Switzerland’s property-market watchdogs aren’t likely to catch a break.
With European interest rates set to remain low for even longer, that’s going to further fuel the ongoing exuberance in Swiss real estate that’s seen multiple warnings this month alone. The issue is particularly acute in buy-to-let properties, as insurers and pension funds look to compensate for otherwise meager returns.
The risks were great enough to warrant the attention of the International Monetary Fund even five years ago, and since then the Swiss National Bank has implemented the world’s lowest interest rate. Immigration has slowed and the vacancy rate is nearing levels last seen in the 1990s, when there was a real estate crisis.
The central bank said this month that it’s watching closely and sees a “particular” risk in residential investment property. That came not long after a similar warning from the government, and the IMF may raise red flags when it presents its health check of the country’s financial sector next week.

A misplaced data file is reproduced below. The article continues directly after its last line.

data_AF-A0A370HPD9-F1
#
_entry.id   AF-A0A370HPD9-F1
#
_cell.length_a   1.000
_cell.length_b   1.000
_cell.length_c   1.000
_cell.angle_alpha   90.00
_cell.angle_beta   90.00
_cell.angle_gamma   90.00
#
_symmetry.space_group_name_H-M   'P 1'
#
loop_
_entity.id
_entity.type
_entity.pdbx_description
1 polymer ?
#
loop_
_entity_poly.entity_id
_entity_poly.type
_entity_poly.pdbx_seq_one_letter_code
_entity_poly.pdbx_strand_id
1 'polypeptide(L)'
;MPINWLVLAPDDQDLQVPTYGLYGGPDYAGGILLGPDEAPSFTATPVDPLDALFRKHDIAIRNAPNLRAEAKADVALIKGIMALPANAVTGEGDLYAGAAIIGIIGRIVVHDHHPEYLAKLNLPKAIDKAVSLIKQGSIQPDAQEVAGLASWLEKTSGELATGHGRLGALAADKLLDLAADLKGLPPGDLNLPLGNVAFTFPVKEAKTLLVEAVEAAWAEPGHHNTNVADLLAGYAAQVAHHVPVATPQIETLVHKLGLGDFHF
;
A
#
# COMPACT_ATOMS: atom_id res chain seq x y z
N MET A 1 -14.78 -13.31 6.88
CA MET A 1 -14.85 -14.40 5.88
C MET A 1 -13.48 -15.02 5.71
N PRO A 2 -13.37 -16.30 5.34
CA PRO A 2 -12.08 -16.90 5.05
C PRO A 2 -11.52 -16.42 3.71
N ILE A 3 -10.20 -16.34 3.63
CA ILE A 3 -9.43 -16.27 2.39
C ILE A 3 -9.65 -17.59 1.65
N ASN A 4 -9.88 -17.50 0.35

“Now that interest rates are likely to be low for longer than before, the concern of the SNB is legitimate,” said Jan-Egbert Sturm, director of the KOF Swiss Economic Institute in Zurich. “It remains something we have to watch, that’s proving a worry.”
The IMF’s last financial stability assessment of Switzerland was in 2014, and it found that low borrowing costs and high liquidity were leading to “bubble-like dynamics in some regions and market segments.” That year the government required banks to increase their capital cushion, while mortgage-lending standards have also been stiffened.
With concerns in focus, the Swiss Bankers Association lobby group is reviewing the situation and said this month it will amend its self-regulation for the mortgage market if it concludes there’s a buildup of risks.
The construction permits dropped in the latter half of 2018, according to Zuercher Kantonalbank, suggesting the market might be cooling of its own accord. But that may be masking sectoral fragilities, said Ursina Kubli, head of real estate analysis at the bank. Fewer permits were issued in cities, where demand is strong, while they remain high in many rural areas that are “struggling with vacancies.”
The slowdown “should not be considered as healthy caution among investors,” Kubli said.
The State Secretariat for Economic Affairs expects a soft landing for property, but it’s mindful of the buy-to-let concerns.
“It’s possible for a small segment to become a problem for overall financial stability,” said Ronald Indergand at the SECO. “Just look at the subprime crisis in the US.”